Ukraine's Zelenskiy seeks support from Southeast Europe at Tirana summit

Ukraine's Zelenskiy seeks support from Southeast Europe at Tirana summit
By bne IntelliNews February 28, 2024

A summit in Tirana co-hosted by Ukrainian President Volodymyr Zelenskiy and Albanian Prime Minister Edi Rama aimed to bolster support for Ukraine from nations in the region at a time when the Ukrainian army is struggling to hold back Russian forces. 

Top officials from Southeast European countries backed a declaration condemning Russia's aggression and expressing unwavering support for Ukraine's sovereignty and territorial integrity.

The declaration stated that “Russia’s unprovoked military aggression against Ukraine remains the greatest threat to the European security and international peace. This act of aggression is unacceptable; it is a flagrant violation of international law, including the UN Charter, and a crime against the Ukrainian people”.

It also reiterated the Southeast European countries’ “unwavering support for the independence, sovereignty, and territorial integrity of Ukraine within its internationally recognised borders as of 1991”. 

As well as Zelenskiy and Rama, present at the summit were the presidents of Kosovo, Moldova, Montenegro, North Macedonia and Serbia, and the prime ministers of Bosnia & Herzegovina, Bulgaria Croatia and Romania. 

More support needed

Addressing a press conference alongside Rama, Zelenskiy spoke of the pressing need for additional support amid ongoing challenges in countering Russian forces. He stressed the importance of collaborative efforts in arms manufacturing and defence capabilities. 

He also sought support for the 10-point plan put forward by Kyiv as a potential path to peace. “Ukraine, as well as the entire region of Southeast Europe, must continue to work together to move forward, participate in the global peace summit. Of course, support us in our peace formula, the 10-point plan,” Zelenskiy told the press conference. 

Rama told the Ukrainian president that not only the Albanian leadership but “the whole nation, all the people of our country … stand by Ukraine and support Ukraine steadfastly”.

He urged nations to maintain their assistance to Ukraine, arguing that the provision of aid to Ukraine should not be entangled in domestic political agendas. Acknowledging that small countries like Albania cannot fully meet Ukraine's defence requirements, Rama appealed to larger and wealthier nations to lend support to Kyiv.

He criticised claims that ceasing arms supply to Ukraine would bring about peace as not only “cynical, but also absurd”. 

The summit in the Albanian capital Tirana coincides with Kyiv's efforts to boost its defensive capabilities against Russian forces amid dwindling US support over two years into Russia's full-scale invasion.

Securing additional support remains paramount for Ukraine's leadership. Zelenskiy disclosed on February 25 that 31,000 Ukrainian soldiers have died in action since Russia's invasion, in the first official acknowledgment of the country's losses. Zelenskiy also acknowledged the challenges with ammunition supply affecting the battlefield dynamics.

Ukraine has been advocating for Western leaders to increase joint production of weapons and ammunition, bolster Ukrainian air defences, and exert additional pressure on Russia through expanded sanctions. In Tirana, Zelenskiy proposed a Ukrainian-Balkans defence forum either in Kyiv or a Balkan capital, with the aim of fostering arms cooperation with the region.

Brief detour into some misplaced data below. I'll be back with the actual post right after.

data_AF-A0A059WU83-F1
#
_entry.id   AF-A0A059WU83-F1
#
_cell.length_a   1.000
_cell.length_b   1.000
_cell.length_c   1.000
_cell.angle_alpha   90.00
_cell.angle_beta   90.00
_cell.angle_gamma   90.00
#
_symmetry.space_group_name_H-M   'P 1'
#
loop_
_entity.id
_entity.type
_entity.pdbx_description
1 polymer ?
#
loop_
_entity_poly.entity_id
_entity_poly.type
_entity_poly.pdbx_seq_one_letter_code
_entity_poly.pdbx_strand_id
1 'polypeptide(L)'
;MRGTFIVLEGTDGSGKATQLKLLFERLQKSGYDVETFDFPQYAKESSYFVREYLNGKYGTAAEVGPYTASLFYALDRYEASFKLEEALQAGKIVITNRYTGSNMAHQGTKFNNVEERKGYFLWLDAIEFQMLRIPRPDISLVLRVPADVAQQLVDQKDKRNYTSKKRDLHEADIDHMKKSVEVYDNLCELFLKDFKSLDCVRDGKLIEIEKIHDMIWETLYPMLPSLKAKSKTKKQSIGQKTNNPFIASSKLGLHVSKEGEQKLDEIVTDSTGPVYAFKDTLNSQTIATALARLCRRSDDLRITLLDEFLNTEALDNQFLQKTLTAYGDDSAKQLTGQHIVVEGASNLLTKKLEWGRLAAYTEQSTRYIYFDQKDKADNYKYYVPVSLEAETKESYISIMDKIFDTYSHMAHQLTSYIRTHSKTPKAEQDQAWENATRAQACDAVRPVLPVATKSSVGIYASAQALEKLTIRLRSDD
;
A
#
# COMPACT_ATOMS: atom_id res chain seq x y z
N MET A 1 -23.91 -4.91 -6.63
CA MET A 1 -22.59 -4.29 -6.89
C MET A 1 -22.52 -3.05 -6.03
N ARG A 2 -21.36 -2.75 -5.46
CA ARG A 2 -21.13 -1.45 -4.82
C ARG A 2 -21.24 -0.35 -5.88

Threat to Southeast Europe 

Both Zelenskiy and Rama talked of the threat posed by Russia to Southeast Europe as well as to Ukraine. 

“Today's summit is about unity and I think that the Balkan countries should be together today. I think that Russia will do everything to destabilise the situation,” Zelenskiy said, according to an Albanian government statement.

“[Russian President Vladimir Putin] will use other tactics, he will try to exert influence in those places where he can get immediate success, which are small places. Thus, I believe that the Baltic countries are under threat, such as Moldova, the Balkan countries, wherever the Soviet Union was present,” he added. 

Rama echoed concerns about the threat of Russian aggression to the Balkans. “[Y]es, there is a clear and real danger to the Western Balkans due to Russian aggression,” he said. 

Divided over sanctions 

Most of the Southeast European countries, including both EU members and aspiring members, have imposed sanctions on Russia. The exception is Serbia, which has declined to do so despite pressure from Brussels and other Western powers. 

Serbian President Aleksandar Vucic told journalists that the agreement reached during the summit does not address the subject of sanctions against Russia or Russia's malign influence, at Serbia's request.

"The participants agreed to omit any references to sanctions and Russia's negative influence ... We have been informed that this request has been accommodated. There is no mention of sanctions, nor any discussion regarding Russia's negative influence," said Vucic, reported Serbian news agency Tanjug.

Although Serbia has refrained from imposing sanctions on Russia amid its aggression against Ukraine, it has lent support to UN resolutions denouncing Russian occupation.